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Add 'south' to Florida election punchlines

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By MARY JO MELONE, Times Columnist

© St. Petersburg Times
published September 12, 2002

You can hear the Florida jokes on Letterman and Leno already.

Another blown election.

Another example of how we just don't know how to follow the rules.

The nighttime TV guys wave a broad brush. They say Florida. They mean Miami. Don't lump the semi-sane rest of us in with those goofs in Miami-Dade and Broward counties who can't vote straight.

You wonder. Has some strange additive been slipped into Biscayne Bay, the air in Hollywood or the cafe con leche on Calle Ocho?

How come South Florida is incapable of being like the rest of the state and properly conducting an election?

And how could they do it twice?

Last time, the odds were enormous. A presidential election was at stake. But the crisis, when you got down to the details, was small. The vote was close, and voters made mistakes reading ballots.

This time, the Democratic gubernatorial primary is at stake. Janet Reno's voters in particular have not been fully counted.

The prize may be smaller, but in South Florida, what happened amounted to "a massive breakdown in the system," said Dario Moreno, a South Florida political scientist.

Moreno, who runs the Metropolitan Center, a political think tank at Florida International University, blamed everything on two people -- David Leahy and Miriam Oliphant, the elections supervisors in Miami-Dade and Broward Counties, respectively.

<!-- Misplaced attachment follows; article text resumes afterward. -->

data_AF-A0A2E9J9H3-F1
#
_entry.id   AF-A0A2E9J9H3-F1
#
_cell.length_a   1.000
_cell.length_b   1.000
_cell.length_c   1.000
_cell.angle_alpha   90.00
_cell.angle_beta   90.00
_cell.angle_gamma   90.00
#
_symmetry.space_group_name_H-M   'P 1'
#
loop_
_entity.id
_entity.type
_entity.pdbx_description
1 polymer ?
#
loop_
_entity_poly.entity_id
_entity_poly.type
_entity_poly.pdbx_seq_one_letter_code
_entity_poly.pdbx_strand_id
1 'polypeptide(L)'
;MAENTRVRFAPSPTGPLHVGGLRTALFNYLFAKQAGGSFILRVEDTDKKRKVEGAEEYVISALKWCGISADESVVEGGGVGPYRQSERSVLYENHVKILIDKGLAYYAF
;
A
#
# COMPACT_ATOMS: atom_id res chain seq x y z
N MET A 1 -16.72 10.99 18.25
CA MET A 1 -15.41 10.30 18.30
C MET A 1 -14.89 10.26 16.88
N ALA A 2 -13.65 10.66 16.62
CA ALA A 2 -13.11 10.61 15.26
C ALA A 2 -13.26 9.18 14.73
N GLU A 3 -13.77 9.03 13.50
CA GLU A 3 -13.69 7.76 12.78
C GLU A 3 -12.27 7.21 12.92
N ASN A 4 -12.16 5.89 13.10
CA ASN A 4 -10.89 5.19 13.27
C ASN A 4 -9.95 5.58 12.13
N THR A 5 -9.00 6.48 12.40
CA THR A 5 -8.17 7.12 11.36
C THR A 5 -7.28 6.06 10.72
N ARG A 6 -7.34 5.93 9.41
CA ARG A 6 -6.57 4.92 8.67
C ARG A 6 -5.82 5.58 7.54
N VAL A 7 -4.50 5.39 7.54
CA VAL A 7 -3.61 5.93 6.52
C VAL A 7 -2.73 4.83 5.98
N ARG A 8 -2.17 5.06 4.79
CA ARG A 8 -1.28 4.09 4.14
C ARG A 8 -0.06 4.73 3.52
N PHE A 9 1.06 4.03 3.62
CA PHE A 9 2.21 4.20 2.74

Moreno said the failure occurred on three levels: failure to open polling places on time, to get enough trained workers and to get the votes counted in a timely way. In other words, the failure was cosmic.

Some poll workers simply failed to show. They handed out Republican ballots to Democrats, or vice versa. Some voter rolls were missing. Some machines were not turned on. Some workers opened up late or refused to stay the extra two hours ordered by the governor. They had trouble getting cartridges that carried each machine's tally to the proper location, so the figures could be sent to election headquarters.

These problems really eat away at public trust, Moreno said. People who showed up at their polling place and were told to come back later weren't likely to return. And their regard for the system was likely to decline.

The state changed some laws and spent $32-million on equipment and training to make this election error-free. The sense of deflation, disappointment and frustration now were palpable.

"It's shameful,' said Gov. Bush as the results came in.

In Tampa, where the voting went smoothly, Hillsborough Elections Supervisor Pam Iorio said that what happened in South Florida rubs off on the rest of the state.

"Because other counties can't pull it off administratively, we continue to have a black eye nationally. That's not right. I'm a Floridian. I care about the image of the entire state."

David Leahy, the Miami-Dade supervisor, is now under orders to issue a report by today on how to make the next election -- the gubernatorial race in November -- "problem free."

Moreno, the professor, doubts that is possible. They need more money, more people, but mostly, "They have to change attitudes," he said. How hard could that be?

Is voting not the most precious expression of being an American?

Or have people in South Florida somehow turned voting into a cheap joke, too?

-- You can reach Mary Jo Melone at or at 813.226.3402.

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